But even though they eventually clear up, they often leave behind dark marks on the skin called hyperpigmentation. These marks can last for weeks or even months, especially in people with darker skin tones.
In some cases, ingrown hairs can become infected with bacteria. This usually happens when pus accumulates under the skin around an ingrown hair cyst. So, it's important to know how to treat one if it gets infected.
In most cases, infections clear up on their own as long as you clean the area daily. However, in extreme cases, you might need antibiotics. If the infection lasts more than three days and the swelling and redness continue, get in touch with your doctor.
If you frequently get ingrown armpit hair, you may be using shaving methods that make them more likely to occur. Or, you might simply just need to exfoliate more often to get rid of the dead cells that are blocking your pores.
It's important to shave in the direction of your hair growth. This can help prevent your hair from getting trapped under your skin.
Likewise, you might want to switch to simply trimming your armpit hair instead of shaving it down all the way. Most men have super coarse hair here, so instead of shaving, trim it with an electric razor.
Did you know that even if you're shaving properly, ingrown hairs can develop if dead skin cells block the hair follicle opening? This can happen when the skin is very dry, making it more likely to flake off in layers.
So, to avoid ingrown armpit hairs, try exfoliating before you shave and at least once or twice a week.
Should you be worried about ingrown armpit hair? No, not at all. It's a very common condition that usually isn't anything to worry about. However, if you're experiencing severe pain, redness, or pus-filled bumps, then you should see a doctor to make sure it's not an infection.
Ingrown hair in your armpit can appear for a variety of reasons, including shaving, waxing, or using harsh chemicals on the skin. The good news is that there are several things you can do to prevent ingrown hair.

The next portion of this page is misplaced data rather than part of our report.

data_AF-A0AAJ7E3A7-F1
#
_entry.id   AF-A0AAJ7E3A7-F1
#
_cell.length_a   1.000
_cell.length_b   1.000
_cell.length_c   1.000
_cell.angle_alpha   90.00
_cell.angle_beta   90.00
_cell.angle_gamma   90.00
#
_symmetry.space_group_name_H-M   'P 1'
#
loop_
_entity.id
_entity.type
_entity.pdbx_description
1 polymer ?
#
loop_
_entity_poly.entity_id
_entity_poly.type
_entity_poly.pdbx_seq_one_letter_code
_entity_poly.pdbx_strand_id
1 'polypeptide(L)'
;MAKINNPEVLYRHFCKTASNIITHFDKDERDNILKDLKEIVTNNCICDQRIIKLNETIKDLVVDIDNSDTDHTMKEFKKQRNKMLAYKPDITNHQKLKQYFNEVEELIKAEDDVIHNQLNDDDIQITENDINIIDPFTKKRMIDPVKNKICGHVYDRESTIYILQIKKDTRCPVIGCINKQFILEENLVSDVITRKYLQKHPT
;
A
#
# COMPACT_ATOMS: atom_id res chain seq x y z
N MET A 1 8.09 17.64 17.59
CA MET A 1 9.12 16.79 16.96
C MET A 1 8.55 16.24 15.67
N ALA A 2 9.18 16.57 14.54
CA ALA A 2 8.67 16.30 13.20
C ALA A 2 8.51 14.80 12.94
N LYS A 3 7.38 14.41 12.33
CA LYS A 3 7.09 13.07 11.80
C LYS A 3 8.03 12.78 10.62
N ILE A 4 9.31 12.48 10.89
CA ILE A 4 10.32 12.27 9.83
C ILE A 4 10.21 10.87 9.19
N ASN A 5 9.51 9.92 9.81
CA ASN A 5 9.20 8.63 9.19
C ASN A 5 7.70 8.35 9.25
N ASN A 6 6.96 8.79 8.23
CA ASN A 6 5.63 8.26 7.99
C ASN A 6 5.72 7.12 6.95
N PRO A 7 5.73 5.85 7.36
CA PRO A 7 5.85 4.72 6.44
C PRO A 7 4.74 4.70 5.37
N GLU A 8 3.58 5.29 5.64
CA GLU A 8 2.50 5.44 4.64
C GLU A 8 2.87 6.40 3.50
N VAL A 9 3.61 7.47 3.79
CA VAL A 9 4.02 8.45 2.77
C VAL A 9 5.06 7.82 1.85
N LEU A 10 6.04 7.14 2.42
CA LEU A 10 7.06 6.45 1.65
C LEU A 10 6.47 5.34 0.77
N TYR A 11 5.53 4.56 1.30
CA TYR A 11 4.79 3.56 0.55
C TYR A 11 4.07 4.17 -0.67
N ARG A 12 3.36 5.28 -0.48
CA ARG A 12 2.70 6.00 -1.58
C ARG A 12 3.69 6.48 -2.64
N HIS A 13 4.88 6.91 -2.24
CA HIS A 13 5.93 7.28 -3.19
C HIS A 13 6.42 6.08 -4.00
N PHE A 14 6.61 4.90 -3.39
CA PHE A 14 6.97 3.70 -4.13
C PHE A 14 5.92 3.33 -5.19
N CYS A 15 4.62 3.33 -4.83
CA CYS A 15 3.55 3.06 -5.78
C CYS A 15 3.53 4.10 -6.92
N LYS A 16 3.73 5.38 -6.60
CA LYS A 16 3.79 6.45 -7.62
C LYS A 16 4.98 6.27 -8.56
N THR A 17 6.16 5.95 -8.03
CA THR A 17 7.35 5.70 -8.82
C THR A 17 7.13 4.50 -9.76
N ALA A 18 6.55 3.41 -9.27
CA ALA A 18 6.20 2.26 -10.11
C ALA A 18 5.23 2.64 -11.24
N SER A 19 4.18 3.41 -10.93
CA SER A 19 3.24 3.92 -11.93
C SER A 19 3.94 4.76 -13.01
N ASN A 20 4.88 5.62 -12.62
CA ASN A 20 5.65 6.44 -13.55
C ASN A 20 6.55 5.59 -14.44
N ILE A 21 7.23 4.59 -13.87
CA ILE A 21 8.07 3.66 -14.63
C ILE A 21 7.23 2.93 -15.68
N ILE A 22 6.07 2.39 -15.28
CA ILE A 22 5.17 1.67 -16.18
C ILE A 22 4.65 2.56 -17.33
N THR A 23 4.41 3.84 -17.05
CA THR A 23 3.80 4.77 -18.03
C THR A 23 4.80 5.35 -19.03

Follow one of the home treatment remedies mentioned above, and be sure to take care of your underarm skin just like you do the skin on your face. While you'll still likely get ingrown hair from time to time (we all do), you'll reduce your chances of getting them frequently.
Interested in other tips? Read through all of our UPGUYS resources on hair and how to care for yours.
Sometimes, yes. If you have ingrown hair in your armpit, it can swell up and become infected. This can cause your lymph nodes to swell. If this is the case, you'll likely feel the ingrown hair bump along with a separate lymph node bump.
Have an ingrown hair armpit lump, and you're worried it's something serious? You can usually tell the difference between an ingrown hair in your armpit and a swollen lymph node.
Swollen lymph nodes are usually tender to the touch and can cause discomfort. Ingrown hair bumps are less tender, tend to be smaller, and have smaller red points than a swollen lymph node would have.
No. In fact, laser hair removal can often help reduce the risk of ingrown hairs by reducing the density of hair in the treated area.
Potentially, yes. For example, when sweat mixes with dirt and dead skin cells, it can create a clogging effect that could lead to hair follicles becoming blocked. Additionally, the moisture from sweat can provide the perfect environment for bacteria to thrive, which could also contribute to ingrown hairs.
Yes, for the same reasons as why sweat can cause ingrown armpit hair. Deodorants and antiperspirants work by creating a barrier on the skin to prevent sweat and bacteria from coming into contact with each other. This can block pores and cause a build-up of bacteria, which can lead to irritation and inflammation. In some cases, this can result in ingrown hairs.